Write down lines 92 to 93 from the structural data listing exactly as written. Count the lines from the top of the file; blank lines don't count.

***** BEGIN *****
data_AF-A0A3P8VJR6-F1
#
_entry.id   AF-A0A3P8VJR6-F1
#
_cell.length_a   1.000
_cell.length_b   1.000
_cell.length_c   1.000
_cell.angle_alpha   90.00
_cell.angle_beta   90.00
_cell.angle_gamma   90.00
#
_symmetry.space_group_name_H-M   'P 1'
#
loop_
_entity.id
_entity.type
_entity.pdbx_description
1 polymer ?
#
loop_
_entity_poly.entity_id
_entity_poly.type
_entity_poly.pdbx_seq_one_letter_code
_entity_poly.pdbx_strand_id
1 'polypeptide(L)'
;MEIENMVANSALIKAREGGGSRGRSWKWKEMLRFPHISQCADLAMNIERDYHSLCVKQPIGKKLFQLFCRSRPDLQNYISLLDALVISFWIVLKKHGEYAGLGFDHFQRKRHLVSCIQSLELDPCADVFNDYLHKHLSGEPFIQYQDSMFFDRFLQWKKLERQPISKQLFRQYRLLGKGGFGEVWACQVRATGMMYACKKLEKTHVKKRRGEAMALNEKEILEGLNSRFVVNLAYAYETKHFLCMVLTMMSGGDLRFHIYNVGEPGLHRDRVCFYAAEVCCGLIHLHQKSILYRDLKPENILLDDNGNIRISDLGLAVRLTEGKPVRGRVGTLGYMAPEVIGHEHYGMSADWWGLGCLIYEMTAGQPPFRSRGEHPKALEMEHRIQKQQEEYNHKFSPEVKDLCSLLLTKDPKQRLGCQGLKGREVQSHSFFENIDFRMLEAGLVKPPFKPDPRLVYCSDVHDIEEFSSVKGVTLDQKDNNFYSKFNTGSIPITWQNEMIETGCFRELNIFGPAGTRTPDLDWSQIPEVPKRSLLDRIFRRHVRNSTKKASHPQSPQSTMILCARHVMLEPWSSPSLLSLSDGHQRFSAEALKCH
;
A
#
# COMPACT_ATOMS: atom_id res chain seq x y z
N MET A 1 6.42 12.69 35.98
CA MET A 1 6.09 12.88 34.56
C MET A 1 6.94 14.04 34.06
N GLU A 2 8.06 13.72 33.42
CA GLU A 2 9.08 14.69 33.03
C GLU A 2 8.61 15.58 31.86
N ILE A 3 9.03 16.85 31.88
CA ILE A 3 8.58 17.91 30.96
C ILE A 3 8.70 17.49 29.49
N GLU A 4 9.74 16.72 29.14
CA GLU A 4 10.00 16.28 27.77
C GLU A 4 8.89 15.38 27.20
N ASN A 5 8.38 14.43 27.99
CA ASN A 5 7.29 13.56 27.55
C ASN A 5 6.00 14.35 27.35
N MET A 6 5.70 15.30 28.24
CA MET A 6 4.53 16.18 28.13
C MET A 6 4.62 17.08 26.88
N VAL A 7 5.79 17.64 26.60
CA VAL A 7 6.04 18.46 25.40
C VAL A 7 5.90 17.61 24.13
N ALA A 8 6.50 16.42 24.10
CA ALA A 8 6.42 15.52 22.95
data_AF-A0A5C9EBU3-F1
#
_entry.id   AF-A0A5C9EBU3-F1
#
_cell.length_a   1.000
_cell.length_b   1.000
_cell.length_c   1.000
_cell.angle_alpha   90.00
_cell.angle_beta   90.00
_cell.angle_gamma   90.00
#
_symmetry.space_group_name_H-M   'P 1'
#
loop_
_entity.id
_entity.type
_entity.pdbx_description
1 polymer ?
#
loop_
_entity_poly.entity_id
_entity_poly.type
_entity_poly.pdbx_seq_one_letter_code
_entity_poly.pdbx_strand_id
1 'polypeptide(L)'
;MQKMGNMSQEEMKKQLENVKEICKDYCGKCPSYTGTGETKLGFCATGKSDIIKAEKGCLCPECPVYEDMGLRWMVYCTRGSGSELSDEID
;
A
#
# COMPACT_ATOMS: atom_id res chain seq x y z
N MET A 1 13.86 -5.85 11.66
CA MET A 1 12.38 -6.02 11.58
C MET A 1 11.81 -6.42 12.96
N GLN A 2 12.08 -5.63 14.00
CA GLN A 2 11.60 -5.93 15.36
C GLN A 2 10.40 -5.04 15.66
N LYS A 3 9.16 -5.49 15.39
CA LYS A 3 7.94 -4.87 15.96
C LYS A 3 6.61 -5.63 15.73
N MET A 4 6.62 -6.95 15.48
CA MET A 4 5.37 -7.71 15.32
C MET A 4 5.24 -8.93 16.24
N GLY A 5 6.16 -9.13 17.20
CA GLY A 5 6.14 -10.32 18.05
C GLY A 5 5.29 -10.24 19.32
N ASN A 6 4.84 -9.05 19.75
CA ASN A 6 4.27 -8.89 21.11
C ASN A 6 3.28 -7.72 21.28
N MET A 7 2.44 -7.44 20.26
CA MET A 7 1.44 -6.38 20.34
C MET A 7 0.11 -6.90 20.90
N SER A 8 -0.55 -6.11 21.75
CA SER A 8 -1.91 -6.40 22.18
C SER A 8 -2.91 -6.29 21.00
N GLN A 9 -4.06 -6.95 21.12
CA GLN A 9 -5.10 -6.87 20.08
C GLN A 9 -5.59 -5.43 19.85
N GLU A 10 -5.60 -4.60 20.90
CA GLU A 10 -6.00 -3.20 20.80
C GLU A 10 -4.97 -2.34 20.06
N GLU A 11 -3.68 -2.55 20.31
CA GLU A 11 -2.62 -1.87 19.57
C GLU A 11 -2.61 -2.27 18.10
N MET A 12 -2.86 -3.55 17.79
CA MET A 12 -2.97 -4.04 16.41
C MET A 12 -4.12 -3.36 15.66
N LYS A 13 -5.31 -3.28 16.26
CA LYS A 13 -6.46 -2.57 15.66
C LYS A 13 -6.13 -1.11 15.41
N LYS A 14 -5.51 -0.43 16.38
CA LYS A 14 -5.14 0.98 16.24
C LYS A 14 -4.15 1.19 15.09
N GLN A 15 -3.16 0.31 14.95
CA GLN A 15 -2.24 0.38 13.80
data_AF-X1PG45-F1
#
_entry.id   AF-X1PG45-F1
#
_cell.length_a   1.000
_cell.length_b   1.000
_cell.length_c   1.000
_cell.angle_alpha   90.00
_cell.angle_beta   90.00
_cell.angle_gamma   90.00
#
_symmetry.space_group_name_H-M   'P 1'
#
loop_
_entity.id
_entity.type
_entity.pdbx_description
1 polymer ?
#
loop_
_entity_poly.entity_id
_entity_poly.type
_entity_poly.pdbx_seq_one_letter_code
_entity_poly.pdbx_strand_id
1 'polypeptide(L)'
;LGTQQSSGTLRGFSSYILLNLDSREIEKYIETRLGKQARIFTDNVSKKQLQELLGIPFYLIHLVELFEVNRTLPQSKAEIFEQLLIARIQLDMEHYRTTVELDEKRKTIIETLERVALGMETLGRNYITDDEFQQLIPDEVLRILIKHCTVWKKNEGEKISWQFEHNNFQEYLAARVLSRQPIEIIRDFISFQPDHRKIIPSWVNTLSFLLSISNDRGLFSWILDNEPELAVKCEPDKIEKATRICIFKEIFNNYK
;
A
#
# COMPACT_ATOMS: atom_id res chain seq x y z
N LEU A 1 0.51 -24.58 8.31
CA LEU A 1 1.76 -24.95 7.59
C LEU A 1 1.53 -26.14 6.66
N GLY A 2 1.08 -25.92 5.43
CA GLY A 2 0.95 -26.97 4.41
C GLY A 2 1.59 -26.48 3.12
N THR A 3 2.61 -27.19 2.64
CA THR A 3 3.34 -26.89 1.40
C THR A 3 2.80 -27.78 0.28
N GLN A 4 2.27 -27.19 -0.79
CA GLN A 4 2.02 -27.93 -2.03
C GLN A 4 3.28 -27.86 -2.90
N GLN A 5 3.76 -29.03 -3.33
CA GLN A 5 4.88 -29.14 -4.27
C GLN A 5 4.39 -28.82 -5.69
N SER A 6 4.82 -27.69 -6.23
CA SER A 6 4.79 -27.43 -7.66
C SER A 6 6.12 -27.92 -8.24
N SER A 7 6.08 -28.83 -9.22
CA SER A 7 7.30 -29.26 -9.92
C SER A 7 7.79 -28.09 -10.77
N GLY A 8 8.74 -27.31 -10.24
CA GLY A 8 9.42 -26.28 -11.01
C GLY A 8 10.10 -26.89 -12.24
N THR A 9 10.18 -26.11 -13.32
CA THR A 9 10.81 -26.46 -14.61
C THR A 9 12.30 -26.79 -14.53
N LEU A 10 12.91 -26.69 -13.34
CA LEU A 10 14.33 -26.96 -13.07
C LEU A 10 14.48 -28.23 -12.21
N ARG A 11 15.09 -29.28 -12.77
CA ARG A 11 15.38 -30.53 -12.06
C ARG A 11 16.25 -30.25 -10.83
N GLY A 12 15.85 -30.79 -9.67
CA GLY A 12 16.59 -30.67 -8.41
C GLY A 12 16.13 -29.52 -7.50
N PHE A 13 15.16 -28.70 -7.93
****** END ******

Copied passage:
C LYS A 3 6.61 -5.63 15.73
N MET A 4 6.62 -6.95 15.48